The 4 years of undergraduate years are when us adolescents do the most growing – socially, academically, internally. Thus, many of us go through a phase of fat-phobia thanks to our societal norms. We’re so deadly afraid of gaining a few pounds that we start counting calories, starving ourselves, eat a bar of ice cream the whole day, workout way too much, and the most harmful – compare our beautiful bodies to other people’s and think that we are not enough.
I took the time I had at home during 2020 to try to heal my relationship with food and my body. I wouldn’t say I’m completely healed, but I do realize that the relationship is so much better than what it was a couple years ago. However, now that I’m in college, I keep getting triggered by the things that people around me continue to say or do. It feels like everyone I meet only cares about the amount of calories in a particular food or how they don’t eat Peanut Butter like I do because they’ll get fat if they do or how they’re going to workout extra tomorrow for all the “bad” stuff they ate today. Can we just get over it? Can we just realize that it does not freaking matter how fat or how skinny you are?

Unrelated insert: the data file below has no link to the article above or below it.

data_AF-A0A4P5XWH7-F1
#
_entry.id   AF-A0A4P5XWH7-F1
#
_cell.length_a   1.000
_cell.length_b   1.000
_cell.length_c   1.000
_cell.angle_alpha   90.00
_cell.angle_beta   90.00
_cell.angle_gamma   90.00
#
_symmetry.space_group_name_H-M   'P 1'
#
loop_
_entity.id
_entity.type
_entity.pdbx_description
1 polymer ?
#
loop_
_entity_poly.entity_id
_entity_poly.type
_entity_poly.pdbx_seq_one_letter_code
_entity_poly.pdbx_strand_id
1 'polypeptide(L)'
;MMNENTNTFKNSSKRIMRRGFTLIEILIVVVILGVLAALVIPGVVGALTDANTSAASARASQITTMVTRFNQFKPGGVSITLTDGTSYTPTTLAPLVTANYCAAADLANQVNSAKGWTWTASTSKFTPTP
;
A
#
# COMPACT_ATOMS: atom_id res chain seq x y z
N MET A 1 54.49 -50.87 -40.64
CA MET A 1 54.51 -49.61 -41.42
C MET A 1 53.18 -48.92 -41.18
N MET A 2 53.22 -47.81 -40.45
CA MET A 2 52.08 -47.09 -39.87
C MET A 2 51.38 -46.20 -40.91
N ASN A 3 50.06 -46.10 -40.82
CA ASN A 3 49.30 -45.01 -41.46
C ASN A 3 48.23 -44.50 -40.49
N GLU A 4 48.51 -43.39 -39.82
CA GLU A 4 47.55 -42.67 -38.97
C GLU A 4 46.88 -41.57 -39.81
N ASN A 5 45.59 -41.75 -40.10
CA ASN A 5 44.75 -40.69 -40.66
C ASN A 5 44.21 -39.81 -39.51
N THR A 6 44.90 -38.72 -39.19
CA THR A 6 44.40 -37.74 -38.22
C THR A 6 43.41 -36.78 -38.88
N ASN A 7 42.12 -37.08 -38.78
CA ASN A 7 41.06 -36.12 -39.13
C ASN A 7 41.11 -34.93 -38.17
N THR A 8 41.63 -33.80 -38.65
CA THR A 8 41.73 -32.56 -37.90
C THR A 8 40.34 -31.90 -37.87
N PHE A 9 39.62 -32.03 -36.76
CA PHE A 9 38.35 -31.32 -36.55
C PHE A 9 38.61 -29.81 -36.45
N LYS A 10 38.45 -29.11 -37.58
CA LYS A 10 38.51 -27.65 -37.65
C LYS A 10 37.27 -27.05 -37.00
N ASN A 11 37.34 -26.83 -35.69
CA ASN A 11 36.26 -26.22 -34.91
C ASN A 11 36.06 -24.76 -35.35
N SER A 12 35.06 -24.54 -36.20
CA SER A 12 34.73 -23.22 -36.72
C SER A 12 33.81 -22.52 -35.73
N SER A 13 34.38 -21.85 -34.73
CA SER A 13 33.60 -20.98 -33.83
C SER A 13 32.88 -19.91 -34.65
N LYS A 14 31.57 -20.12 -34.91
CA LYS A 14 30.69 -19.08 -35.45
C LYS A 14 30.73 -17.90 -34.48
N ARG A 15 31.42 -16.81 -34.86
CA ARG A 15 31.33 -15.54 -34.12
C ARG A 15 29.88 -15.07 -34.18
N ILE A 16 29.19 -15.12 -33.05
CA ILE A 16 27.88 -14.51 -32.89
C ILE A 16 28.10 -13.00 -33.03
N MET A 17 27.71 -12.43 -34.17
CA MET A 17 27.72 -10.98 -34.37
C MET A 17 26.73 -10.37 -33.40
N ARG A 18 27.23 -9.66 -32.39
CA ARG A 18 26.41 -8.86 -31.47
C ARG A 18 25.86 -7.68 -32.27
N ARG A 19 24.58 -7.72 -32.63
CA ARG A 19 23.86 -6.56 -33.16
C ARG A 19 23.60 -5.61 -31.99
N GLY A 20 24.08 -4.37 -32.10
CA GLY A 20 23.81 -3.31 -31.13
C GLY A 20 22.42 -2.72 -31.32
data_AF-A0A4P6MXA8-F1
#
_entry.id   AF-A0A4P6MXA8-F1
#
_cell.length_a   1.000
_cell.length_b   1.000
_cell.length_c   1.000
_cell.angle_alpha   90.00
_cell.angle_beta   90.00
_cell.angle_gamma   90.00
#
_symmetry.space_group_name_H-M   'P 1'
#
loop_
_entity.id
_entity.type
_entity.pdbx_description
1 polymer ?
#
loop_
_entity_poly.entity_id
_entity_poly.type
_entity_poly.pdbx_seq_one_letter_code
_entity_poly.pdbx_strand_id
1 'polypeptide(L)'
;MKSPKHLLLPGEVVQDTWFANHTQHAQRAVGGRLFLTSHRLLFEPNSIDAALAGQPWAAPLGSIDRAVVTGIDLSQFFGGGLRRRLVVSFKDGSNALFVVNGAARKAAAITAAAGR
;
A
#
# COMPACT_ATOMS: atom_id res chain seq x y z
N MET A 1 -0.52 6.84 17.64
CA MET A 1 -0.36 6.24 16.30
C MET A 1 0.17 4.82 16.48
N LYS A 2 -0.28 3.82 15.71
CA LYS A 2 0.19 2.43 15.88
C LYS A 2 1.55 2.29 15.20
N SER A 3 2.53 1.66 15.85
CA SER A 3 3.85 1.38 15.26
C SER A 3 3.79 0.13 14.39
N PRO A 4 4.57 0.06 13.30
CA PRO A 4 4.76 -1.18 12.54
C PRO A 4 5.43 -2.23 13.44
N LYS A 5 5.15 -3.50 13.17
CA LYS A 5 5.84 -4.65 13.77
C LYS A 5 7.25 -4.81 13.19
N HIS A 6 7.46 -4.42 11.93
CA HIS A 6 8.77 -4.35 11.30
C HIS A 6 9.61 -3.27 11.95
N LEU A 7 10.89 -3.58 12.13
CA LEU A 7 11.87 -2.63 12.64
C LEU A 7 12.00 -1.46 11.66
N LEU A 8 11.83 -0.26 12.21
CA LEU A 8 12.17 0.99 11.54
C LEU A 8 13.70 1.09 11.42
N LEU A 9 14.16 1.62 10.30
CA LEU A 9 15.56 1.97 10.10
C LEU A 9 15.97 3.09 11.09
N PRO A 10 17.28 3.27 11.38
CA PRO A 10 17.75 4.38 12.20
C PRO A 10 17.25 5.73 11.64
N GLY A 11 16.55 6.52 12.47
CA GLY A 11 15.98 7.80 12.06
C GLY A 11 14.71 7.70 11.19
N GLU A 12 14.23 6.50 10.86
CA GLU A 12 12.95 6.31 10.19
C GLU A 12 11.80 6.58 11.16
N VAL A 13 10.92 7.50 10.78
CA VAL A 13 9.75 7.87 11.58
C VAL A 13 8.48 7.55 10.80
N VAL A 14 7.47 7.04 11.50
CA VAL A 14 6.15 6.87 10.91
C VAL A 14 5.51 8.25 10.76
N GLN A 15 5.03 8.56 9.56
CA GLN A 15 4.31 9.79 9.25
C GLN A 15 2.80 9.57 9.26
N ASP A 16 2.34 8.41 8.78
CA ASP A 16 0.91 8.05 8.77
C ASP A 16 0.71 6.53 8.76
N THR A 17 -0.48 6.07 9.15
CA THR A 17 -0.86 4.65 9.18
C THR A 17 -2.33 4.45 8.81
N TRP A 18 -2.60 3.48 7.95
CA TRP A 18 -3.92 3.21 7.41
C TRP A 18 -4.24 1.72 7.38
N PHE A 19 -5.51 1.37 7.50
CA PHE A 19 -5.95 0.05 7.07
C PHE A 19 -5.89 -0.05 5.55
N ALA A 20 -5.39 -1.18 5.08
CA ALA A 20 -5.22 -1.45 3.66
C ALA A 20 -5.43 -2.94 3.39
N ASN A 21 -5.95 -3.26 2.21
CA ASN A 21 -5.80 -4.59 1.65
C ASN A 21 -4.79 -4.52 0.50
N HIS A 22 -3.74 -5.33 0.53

Of course the phase “The Freshman 15” does not help matters AT ALL. Who ever coined this phrase and embedded it into college students’ and their parents’ minds is ridiculous. It is inevitable to put on a few pounds in college. You don’t sleep as much. You can’t always have total control over the food you eat. You may consume alcohol on a weekly basis. It’s inevitable. What this phrase essentially implies is that students should aim to stay skinny in college – no matter what. #bullshit
College is so much freaking pressure y’all. And the way you look should NOT be adding onto that pressure because it doesn’t matter. Clearly, we all need to do some HARD work to heal our relationships with our bodies and foods.